Impact of Seismic Loop-Scale Depositional Models on Reservoir Architecture in a Heavy Oil Accumulation, Santos Basin, Brazil
W. Keith Campbell, Ciaran O'Byrne, and Neil W. Stillman
Shell International E&P Inc, Houston, TX
Several deepwater turbidite discoveries of Eocene age have been made in the northern Santos mobile salt basin, offshore Brasil. The Shell-operated BS-4 NE discovery shows significantly better reservoir development than in equivalent sections penetrated nearby. Both the discovery and appraisal well encountered in excess of 100m of predominantly clean sand.
A detailed loop-scale seismic interpretation was undertaken to better understand the regional context, paleo-slope position and depositional architecture of the BS-4 reservoirs. The main focus was on mapping of internal heterogeneities and understanding aquifer potential, both of which have direct impact on field development planning.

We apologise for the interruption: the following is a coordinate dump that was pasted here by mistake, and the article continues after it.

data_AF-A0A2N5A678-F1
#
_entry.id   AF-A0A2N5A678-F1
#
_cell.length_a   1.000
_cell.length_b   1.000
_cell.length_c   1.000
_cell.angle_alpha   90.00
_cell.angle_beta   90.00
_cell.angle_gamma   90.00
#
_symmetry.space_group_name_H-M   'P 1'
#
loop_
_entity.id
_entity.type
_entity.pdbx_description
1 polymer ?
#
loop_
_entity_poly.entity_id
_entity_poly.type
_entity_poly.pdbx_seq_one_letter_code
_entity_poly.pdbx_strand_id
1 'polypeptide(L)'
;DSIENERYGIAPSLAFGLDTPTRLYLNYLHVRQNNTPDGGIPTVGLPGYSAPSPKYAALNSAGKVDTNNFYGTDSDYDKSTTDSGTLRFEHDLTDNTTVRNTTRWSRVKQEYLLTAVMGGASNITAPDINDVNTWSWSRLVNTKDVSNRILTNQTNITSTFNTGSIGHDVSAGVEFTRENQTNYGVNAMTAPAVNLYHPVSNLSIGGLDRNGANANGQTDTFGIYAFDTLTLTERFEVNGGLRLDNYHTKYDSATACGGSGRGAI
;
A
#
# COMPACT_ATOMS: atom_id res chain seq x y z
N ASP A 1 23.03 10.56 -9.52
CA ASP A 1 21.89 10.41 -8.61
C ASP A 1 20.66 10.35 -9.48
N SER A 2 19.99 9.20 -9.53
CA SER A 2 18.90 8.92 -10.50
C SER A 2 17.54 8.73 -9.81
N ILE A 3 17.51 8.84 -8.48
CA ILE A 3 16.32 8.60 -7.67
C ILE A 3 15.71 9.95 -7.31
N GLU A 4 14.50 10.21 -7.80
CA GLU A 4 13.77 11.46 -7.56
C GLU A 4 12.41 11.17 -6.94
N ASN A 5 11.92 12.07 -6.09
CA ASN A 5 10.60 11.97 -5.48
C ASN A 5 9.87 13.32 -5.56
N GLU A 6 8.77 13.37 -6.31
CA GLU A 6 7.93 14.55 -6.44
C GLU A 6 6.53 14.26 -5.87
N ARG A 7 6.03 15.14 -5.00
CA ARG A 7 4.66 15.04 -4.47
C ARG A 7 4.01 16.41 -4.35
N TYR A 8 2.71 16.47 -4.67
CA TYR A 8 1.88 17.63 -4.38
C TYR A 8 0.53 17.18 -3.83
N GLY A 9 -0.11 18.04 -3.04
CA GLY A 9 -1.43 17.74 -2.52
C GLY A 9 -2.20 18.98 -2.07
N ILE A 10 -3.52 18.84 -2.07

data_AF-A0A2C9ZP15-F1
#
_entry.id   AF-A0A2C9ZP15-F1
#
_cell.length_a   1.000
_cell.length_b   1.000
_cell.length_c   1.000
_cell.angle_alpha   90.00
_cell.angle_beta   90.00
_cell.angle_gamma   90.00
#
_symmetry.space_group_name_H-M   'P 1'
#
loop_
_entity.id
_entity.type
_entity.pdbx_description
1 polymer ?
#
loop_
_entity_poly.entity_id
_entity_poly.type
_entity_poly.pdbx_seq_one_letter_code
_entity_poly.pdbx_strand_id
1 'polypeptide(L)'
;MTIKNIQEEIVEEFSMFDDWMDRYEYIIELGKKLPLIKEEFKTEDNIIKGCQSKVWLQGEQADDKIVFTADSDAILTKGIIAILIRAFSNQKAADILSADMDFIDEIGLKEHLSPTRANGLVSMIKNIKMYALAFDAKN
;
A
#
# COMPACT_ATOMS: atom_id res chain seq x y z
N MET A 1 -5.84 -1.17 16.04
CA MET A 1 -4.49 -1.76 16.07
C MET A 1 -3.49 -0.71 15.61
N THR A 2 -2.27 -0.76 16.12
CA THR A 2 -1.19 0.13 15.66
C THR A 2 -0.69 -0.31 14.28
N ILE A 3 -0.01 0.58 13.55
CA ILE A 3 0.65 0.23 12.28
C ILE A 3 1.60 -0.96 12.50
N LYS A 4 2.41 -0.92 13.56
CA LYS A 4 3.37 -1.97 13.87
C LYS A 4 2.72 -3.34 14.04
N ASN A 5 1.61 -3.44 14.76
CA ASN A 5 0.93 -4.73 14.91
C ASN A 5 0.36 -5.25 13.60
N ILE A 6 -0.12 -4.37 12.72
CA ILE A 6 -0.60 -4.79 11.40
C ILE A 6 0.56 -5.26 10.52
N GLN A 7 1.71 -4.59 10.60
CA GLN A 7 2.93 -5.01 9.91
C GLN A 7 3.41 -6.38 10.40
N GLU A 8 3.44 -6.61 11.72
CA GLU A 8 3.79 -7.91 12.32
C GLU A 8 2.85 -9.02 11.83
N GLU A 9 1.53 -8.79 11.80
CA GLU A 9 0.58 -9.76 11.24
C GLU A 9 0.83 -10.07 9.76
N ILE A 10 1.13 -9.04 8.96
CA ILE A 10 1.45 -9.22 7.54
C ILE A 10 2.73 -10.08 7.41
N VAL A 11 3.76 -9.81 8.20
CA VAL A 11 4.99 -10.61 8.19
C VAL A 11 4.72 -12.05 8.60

Study results demonstrate that considerable uncertainties remain with respect to distribution of discrete heterogeneities within these high net-to-gross reservoirs. Reservoir facies are interpreted to have been deposited within a dominantly channelised environment as part of a fan apron developed across an inherited stepped slope profile. An Eocene intra-slope break is evident up-dip of the present day closure, at the downward limit of several confined feeder canyons, outboard of which low-to-moderate aggradation channel complexes were deposited across a lower gradient slope. The BS-4 reservoir complex is situated in the distal part of this low gradient “step flat” with a higher gradient “exit ramp” immediately downdip. Seismic mapping of complex erosional surfaces with evidence for multi-phase knick point migration and significant bypass, also supported by core and image log data, provide a framework within which to better understand the distribution of key heterogeneities. Depositional models derived from this study provide constraints on static reservoir model inputs.